In an interview with Health Progress, Sr. Patricia A. Eck, DBS, and Christopher M Carney, respectively the chairperson of the board and president/chief executive officer of Bon Secours Health System, Inc. (BSHSI), Marriotsville, MD, talked about their system, the Catholic health ministry, and not-for-profit healthcare in general. BSHSI is sponsored by the Congregation of Bon Secours, which was founded in Paris in 1824 to provide home healthcare for the poor.
Inquiry: A Journal of Medical Care Organization, Provision and Financing
Catholic hospitals maintain a significant presence in delivering hospital services in the United States, but little is known about the ways they differ from other ownership forms in similar market environments. This paper analyzes characteristics of Catholic, other private nonprofit, and investor-owned hospitals in metropolitan areas of the United States to identify the extent to which Catholic hospitals differ from other ownership types on three dimensions of mission-driven identity--access, stigmatized, and compassionate care services.
When challenged to demonstrate their contributions to the community, Catholic and other not-for-profit hospitals have traditionally reported the sum of their charity care, free programs, and unprofitable services. But critics of tax-exempt healthcare now say this is insufficient and ask such hospitals for descriptions of the outcomes of their contributions. There are seven basic measures for gauging outcomes: participation, mind states, behavior, health status, sickness care utilization, sickness care expenditures, and community value.
Professor Singer and Ms. Johnson Lantz provide a cogent overview of Catholic health care in the United States and address the key issues affecting Catholic health care in the coming years. In particular, (1) clarity in canonical and ethical interpretation; (2) industry consolidation; and (3) "next generation" sponsorship and the impact of these issues are discussed in detail. The authors conclude that successful Catholic health care organizations must maintain strong mission and business fundamentals in an increasingly competitive reimbursement and regulatory environment.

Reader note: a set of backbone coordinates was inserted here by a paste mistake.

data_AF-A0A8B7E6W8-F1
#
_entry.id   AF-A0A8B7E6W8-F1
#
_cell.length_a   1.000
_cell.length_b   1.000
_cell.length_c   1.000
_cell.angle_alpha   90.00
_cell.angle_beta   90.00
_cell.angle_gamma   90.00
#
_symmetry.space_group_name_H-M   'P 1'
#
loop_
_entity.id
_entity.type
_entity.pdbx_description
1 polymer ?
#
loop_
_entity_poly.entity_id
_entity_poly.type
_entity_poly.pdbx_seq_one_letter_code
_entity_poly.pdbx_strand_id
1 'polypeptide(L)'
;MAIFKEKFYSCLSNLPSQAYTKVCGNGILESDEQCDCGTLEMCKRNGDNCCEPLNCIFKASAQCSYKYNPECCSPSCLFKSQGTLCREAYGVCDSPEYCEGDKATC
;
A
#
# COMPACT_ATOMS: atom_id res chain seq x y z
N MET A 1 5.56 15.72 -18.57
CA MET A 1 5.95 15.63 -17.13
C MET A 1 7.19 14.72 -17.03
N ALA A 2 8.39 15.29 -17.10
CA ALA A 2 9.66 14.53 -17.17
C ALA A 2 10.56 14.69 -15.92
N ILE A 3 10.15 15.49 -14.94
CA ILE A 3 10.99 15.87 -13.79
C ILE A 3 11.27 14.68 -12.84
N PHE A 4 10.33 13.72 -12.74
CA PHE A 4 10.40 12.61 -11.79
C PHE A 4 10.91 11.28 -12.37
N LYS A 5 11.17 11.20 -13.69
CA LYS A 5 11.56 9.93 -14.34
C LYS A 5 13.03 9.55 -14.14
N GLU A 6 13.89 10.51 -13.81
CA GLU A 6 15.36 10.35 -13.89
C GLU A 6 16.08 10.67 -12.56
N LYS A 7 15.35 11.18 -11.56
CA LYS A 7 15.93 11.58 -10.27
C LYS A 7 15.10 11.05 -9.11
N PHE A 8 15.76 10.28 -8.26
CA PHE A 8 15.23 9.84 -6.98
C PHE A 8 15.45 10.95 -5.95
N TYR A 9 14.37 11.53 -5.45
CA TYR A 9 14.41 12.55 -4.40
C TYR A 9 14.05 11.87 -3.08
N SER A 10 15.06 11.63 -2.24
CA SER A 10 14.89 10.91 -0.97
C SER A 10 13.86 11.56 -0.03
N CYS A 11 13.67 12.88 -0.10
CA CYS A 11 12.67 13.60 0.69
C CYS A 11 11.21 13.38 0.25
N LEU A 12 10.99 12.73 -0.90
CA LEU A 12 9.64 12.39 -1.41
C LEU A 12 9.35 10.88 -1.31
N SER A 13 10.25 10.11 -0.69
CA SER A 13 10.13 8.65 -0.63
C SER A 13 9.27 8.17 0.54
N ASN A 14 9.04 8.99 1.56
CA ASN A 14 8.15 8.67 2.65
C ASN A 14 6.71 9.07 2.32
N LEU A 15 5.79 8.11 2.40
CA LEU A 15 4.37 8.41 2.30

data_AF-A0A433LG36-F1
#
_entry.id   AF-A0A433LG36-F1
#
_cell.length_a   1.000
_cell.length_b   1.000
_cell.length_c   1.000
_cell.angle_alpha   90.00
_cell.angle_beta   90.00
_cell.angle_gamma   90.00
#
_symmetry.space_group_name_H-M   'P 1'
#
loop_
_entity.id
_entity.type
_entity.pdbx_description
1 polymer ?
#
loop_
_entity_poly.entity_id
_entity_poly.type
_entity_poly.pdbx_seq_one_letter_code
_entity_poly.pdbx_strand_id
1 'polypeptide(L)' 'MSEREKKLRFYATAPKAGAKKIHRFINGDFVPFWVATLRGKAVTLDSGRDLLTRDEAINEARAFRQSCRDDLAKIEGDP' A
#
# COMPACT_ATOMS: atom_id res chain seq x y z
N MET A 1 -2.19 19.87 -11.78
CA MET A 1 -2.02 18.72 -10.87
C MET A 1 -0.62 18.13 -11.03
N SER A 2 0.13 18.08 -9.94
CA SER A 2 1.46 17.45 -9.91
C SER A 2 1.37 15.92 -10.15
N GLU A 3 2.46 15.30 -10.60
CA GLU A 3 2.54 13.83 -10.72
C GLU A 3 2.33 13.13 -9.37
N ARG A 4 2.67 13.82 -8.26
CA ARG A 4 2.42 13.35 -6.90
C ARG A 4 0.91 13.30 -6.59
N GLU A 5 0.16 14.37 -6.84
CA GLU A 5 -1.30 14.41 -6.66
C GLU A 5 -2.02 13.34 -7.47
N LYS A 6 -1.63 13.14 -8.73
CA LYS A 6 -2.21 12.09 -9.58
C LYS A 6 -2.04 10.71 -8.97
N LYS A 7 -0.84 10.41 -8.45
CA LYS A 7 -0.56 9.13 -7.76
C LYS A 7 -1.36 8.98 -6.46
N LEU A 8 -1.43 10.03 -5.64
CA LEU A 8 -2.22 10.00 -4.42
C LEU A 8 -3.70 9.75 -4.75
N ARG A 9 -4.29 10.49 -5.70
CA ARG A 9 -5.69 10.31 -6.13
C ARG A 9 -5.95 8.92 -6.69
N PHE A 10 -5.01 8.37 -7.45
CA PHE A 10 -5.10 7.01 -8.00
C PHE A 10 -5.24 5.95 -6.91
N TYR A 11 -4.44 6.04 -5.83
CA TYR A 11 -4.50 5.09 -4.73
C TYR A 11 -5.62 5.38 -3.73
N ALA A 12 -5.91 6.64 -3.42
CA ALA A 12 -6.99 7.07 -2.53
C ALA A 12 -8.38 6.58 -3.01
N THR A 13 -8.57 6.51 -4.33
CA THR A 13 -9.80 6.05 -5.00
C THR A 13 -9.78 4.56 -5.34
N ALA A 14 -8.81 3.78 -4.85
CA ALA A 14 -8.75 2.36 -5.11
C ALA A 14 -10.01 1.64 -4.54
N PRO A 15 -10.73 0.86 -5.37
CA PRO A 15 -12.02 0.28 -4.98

For centuries, the Catholic Church has been a major social actor in the provision of health services, particularly health care delivered in hospitals. Through a confluence of powerful environmental forces at the beginning of the twenty-first century, the future of Catholic health care is threatened. Although Catholic hospitals are a separate case of private, nonprofit hospitals, they have experienced environmental pressures to become isomorphic with other hospital ownership types and, on some dimensions, they are equal.
Some observers may say the timing was preordained. Against the backdrop of Tenet Healthcare Corp.'s mounting woes, the Catholic Health Association, headed by the Rev. Michael Place (left), is expected this week to release a report arguing that Roman Catholic hospitals deserve special and distinct financial concessions from the federal government because of the role they play.
In the biggest deal of its kind, not-for-profit giant Ascension is going to build ambulatory surgery centers with for-profit United Surgical Partners, which already has a deal with Baylor, left. "Hospitals are realizing that outpatient services are the future. This strategy is sound," one healthcare consultant said.
The U.S. Catholic healthcare system is healthy financially, but providers are warily expecting cuts in federal reimbursement. Large systems have worked to become more efficient and profitable, and those efforts are paying off. "We are doing well. We've continued to improve our operating margins," says Kris Zimmer, left, an executive at SSM Health Care.
"Community benefit" is the measurable contribtution made by Catholic and other tax-exempt organizations to support the health needs of disadvantaged persons and to improve the overall health and well-being of local communities. Community benefit activities include outreach to low-income and other vulnerable persons; charity care for people unable to afford services; health education and illness prevention; special health care initiatives for at-risk school children; free or low-cost clinics; and efforts to improve and revitalize communities.
In a time of public scrutiny, it is paramount that Catholic health care organizations examine their commitments to their communities and effectively communicate community benefit activities to stakeholders-employees, physicians, patients, and the public. CHRISTUS Academy, a leadership development program at CHRISTUS Health, Irving, TX, conducted two studies regarding community benefit.